6. #6
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    Do you bowl lather or face lather?
    Matt

  7. #7
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    Quote Originally Posted by hig789 View Post
    Do you bowl lather or face lather?
    I bowl lather using a Robert Becker scuttle.
    Last edited by Big_OC; 05-03-2012 at 02:52 PM.

  8. #8
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    Quote Originally Posted by Big_OC View Post
    I did contact him. He said he had never seend somethng like that, immediately refunded my money and let me pick a new brush at no charge. Wonderful customer service experience but we got sidetracked with the replacement and didn't revisit restoring the finish. I'll send him an email and see what he says?
    Thanks Oscar....

    Folks, Oscar isn't complaining. We already sorted that out. :-)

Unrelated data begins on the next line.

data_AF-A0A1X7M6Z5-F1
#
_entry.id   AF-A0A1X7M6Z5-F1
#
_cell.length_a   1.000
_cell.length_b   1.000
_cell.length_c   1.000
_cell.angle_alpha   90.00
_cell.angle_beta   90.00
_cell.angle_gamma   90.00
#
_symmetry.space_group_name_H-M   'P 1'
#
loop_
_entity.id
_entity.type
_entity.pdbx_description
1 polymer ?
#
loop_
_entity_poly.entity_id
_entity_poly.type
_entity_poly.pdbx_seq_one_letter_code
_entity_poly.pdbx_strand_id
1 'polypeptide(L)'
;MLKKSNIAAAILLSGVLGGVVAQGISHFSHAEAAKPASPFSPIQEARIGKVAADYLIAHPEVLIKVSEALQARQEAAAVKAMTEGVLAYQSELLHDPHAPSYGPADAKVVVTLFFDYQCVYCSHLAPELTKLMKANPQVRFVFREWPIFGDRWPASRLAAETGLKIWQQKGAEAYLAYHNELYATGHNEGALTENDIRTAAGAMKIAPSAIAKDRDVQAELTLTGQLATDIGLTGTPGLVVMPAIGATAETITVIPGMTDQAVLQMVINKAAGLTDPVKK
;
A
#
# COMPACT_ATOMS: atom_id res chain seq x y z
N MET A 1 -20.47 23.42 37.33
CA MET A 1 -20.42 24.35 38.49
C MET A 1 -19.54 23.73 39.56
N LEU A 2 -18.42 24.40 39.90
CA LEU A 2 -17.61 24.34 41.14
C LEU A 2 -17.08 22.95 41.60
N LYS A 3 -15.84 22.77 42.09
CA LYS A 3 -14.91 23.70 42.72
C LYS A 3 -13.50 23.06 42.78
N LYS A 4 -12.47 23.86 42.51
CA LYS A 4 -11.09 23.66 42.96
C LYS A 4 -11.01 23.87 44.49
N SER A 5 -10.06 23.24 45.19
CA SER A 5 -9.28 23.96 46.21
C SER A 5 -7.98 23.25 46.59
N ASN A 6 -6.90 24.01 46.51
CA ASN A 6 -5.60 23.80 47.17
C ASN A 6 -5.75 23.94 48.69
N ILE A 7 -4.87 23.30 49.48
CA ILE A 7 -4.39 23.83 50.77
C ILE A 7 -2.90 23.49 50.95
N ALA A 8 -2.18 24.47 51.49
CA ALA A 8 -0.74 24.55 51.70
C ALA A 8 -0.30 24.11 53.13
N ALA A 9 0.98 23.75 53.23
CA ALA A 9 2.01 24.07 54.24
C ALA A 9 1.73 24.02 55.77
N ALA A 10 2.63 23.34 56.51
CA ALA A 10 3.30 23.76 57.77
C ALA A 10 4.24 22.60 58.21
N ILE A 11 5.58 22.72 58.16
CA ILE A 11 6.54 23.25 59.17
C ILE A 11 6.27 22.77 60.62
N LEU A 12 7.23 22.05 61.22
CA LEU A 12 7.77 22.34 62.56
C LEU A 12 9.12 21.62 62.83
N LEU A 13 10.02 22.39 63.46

He is just wondering if he could do anything with that rogue handle.

    Oscar, I think that the reason we got sidetracked and didn't talk about "restoring" that brush is that in my honest opinion it was FUBAR (A quaint old saying that originated in WWII. Look it up on Wikipedia if you don't know what it means).

    I refunded the 45 original cost and the shipping cost even before I answered Oscar's first email and I really didn't expect the return! It wasn't worth returning! I fully expected him to just consign it to the great brush pile in the sky. I also offered a replacement brush free of charge, and this one was chosen, web price 72 with an extra silvertip knot. (Postage at my expense).
    The one on the left.

    That brush was posted 1st May, and has already made its way over the pond and is in the hands of USPS.

    When all is said and done, that was a pretty good outcome. Yes?

    As I wrote to Oscar at the time: